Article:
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Caribbean catastrophe

By Marko Kokic and Alejandra Araúz

Some 2,000 people were killed as a result of mudslides and flooding in the Dominican Republic and Haiti in May. Responding to one of the worst disasters on the island for more than a generation, the local Red Cross, ICRC and the International Federation worked together to bring relief to the victims.

©Marko Kokic / International Federation

Torrential rains led to some of the worst floods in a decade in Haiti and the Dominican Republic.

The border region between the Dominican Republic and Haiti, which share the island of Hispaniola, was devastated by water and landslides after ten days of heavy rain in May. A vast river of mud wiped out entire villages, including the Haitian village of Mapou, where officials said hundreds of people perished with another 1,500 reported missing. Another 658 people were killed elsewhere in Haiti. Some 400 people died in the Dominican Republic.

"The rain came," Manie Ceceron, destitute after the devastation in the Haitian town of Fonds Verettes and the loss of her five children, was quoted as saying. "I was in the house and I ran. I couldn't see anything. I didn't see my children. I never saw my children."

The catastrophe hit after rivers swollen by heavy rains burst their banks and surged through settlements, destroying hundreds of houses and sweeping away victims. Some bodies were carried several miles. In other areas, landslides devastated entire communities.

"We had had lots of rain on Sunday. Then, at 3 o'clock on Monday morning, we were caught by surprise by flash floods and landslides," explained Gerald Joseph. "Our whole community is in a state of shock. Where there were once cornfields, there is now a lake. Where there was once a road, there is now a river bed. We simply don't know what to do," he said.

©Marko Kokic / International Federation

Torrential rains led to some of the worst floods in a decade in Haiti and the Dominican Republic.

Root cause

According to Haiti's prime minister, Gerard Latortue, the cause of the deadly flash floods was the widespread clearing of forest cover. "The deep cause of this situation is the deforestation of Haiti," Latortue said at the summit of European and Latin American leaders in Guadalajara, Mexico.

But deforestation is another symptom of the much deeper problem of poverty that is strangling the people here. Impoverished people cut trees to make charcoal, destroying roots that keep soil in place and leaving the country almost entirely deforested. In Mapou, which is in a valley surrounded by mountains stripped of all forests, the rains created a river of mud and rocks which swept away everything in its path.

"We have lost more than 80 per cent of forest because people use wood charcoal as a source of energy," said Latortue. "We can't go on like this," he added.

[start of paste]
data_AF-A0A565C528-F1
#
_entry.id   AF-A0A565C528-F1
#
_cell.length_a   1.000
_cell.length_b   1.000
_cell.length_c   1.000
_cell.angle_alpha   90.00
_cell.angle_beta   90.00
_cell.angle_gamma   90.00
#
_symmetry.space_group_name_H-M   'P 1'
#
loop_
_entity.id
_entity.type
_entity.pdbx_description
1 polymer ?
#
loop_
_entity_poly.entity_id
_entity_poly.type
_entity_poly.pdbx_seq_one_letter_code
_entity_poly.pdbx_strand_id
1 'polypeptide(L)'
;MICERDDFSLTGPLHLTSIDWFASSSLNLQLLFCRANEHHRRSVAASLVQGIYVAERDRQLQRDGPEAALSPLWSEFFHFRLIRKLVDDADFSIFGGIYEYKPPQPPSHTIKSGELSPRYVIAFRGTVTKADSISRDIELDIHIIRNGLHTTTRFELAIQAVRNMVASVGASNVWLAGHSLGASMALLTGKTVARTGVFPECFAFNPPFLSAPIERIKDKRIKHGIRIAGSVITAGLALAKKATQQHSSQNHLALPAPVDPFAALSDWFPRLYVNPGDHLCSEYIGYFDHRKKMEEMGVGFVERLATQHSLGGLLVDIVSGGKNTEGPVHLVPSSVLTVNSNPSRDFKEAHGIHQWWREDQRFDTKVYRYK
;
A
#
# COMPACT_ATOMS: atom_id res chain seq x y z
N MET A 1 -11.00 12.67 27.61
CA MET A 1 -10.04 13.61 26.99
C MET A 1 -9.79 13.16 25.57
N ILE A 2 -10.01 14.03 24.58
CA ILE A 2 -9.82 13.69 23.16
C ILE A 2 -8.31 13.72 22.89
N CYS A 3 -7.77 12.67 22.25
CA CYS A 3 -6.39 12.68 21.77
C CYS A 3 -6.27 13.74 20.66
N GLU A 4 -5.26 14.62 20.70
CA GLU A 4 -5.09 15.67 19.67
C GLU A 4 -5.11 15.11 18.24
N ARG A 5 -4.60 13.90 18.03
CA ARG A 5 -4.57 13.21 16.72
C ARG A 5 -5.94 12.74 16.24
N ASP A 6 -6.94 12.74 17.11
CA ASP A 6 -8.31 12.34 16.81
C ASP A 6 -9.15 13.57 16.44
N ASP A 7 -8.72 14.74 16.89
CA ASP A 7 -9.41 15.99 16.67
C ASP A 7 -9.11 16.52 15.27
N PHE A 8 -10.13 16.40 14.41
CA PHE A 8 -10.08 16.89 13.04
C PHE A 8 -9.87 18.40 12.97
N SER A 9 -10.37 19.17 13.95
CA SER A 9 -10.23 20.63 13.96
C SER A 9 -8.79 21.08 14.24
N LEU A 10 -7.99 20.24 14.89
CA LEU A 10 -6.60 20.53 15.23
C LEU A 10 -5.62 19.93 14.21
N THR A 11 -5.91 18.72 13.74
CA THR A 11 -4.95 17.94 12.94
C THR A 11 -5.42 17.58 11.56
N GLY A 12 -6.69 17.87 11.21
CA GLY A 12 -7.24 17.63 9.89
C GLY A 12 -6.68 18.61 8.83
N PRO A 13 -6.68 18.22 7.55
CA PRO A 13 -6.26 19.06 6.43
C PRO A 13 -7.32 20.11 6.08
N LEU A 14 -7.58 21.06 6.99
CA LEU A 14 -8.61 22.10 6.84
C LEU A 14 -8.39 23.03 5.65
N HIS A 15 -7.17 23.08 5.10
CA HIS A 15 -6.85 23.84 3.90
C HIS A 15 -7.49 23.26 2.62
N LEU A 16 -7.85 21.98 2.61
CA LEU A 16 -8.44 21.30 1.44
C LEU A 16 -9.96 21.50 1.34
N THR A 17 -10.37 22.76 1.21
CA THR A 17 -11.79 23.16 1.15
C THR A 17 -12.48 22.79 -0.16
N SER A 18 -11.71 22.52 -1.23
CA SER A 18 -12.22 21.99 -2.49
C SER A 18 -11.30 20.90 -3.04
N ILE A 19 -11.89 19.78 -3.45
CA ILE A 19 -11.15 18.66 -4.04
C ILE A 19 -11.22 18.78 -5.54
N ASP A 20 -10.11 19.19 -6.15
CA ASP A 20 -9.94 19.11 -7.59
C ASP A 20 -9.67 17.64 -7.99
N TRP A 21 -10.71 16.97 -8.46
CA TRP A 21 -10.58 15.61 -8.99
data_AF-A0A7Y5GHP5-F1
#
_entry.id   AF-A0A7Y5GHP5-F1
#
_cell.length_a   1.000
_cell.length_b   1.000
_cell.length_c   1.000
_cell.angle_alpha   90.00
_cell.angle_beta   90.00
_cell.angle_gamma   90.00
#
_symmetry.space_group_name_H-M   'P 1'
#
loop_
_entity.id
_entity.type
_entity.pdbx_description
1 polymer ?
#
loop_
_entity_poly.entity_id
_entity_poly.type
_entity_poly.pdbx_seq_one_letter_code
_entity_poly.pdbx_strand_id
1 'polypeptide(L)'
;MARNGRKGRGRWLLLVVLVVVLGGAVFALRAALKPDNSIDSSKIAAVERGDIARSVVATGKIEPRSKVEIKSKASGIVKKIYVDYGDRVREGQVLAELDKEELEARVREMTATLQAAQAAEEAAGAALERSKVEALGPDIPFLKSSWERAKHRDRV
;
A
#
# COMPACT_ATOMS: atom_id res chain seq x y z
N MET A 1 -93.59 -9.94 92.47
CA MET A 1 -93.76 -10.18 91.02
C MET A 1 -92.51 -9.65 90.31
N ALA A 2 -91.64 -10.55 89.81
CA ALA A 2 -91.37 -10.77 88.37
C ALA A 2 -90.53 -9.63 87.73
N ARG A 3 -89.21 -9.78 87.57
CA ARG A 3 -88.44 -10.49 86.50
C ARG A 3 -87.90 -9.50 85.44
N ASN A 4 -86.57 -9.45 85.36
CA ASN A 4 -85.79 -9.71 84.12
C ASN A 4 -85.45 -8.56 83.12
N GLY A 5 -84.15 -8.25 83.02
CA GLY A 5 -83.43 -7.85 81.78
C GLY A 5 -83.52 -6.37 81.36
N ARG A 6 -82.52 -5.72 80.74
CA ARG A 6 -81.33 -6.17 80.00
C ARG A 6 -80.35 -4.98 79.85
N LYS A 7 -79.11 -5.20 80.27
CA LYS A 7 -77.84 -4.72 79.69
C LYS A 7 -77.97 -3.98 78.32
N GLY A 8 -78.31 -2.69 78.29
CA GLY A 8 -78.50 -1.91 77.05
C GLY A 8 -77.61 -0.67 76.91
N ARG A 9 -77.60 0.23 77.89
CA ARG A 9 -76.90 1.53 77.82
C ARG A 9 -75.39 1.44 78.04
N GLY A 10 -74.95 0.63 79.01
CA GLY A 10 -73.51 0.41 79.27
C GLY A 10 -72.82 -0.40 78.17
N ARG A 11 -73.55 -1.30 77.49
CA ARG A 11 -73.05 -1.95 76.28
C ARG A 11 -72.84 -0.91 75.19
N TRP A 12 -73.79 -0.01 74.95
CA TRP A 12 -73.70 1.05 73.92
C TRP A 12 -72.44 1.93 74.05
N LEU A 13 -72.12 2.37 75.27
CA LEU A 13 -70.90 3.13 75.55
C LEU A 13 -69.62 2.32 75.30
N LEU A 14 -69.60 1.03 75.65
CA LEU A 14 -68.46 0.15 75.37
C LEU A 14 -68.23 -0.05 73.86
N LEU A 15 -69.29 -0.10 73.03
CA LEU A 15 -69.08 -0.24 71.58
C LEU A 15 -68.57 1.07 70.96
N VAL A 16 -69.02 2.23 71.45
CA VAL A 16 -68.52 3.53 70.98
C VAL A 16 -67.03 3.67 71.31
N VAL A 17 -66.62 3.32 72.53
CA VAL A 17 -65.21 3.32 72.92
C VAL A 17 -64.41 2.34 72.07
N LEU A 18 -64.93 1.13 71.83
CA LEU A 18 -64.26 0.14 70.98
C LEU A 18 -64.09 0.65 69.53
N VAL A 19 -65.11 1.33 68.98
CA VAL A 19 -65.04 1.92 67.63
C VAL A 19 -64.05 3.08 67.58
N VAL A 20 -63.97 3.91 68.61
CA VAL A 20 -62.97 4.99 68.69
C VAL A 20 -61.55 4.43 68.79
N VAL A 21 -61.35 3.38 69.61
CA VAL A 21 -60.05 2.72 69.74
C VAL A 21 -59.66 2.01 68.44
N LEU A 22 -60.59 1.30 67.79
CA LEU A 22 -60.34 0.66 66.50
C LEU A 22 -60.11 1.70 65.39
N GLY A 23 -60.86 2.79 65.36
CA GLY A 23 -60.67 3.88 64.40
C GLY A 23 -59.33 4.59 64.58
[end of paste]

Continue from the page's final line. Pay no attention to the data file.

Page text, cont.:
©REUTERS / Daniel Morel, Courtesy,

Torrential rains led to some of the worst floods in a decade in Haiti and the Dominican Republic.

Movement response

The International Federation, working through its Pan-American Disaster Response Unit, and the ICRC in Haiti coordinated their efforts with National Societies, particularly the American, French, Netherlands and Spanish Red Cross. Because of the violent events in Haiti earlier in the year, the ICRC already had personnel and facilities in the country. So it coordinated the initial phases of Red Cross response there, handing over direction of the operations to the International Federation once staff and supplies had been sent to the area.

The Red Cross also worked jointly with external agencies such as the United States Office of Foreign Disaster Assistance, the European Commission's Humanitarian Office, Oxfam, the World Food Programme and the UN Development Programme.

The main humanitarian priorities during the emergency phase were to ensure that people were not living in areas that could be flooded again, the provision of relief and the removal of bodies to make sure that this natural catastrophe was not compounded by a public health disaster. This is still ongoing and will continue for a while yet.




Where there were
once cornfields, there is now a lake.


In Haiti, with international aid agencies already active in the flood-hit town of Fonds Verrettes, the Haitian Red Cross, supported by the International Federation and the ICRC, concentrated its efforts on the village of Mapou and the surrounding area.

The Dominican Red Cross activated, among others, their psychological first-aid teams, who arrived quickly in the disaster area, offering support to those who have lost not only their homes, but also their loved ones. The Red Cross also set up a family tracing service in a bid to reunite missing relatives.

Dr Miguel Rivera, national head of volunteers of the Dominican Red Cross, says the performance of the Red Cross teams was highly effective. "Our volunteers were prepared, and so were the branches. They are well trained," he pointed out.

Marko Kokic and Alejandra Araúz
Marko Kokic is International Federation information delegate in Haiti.
Alejandra Araúz is International Federation information officer in Panama.

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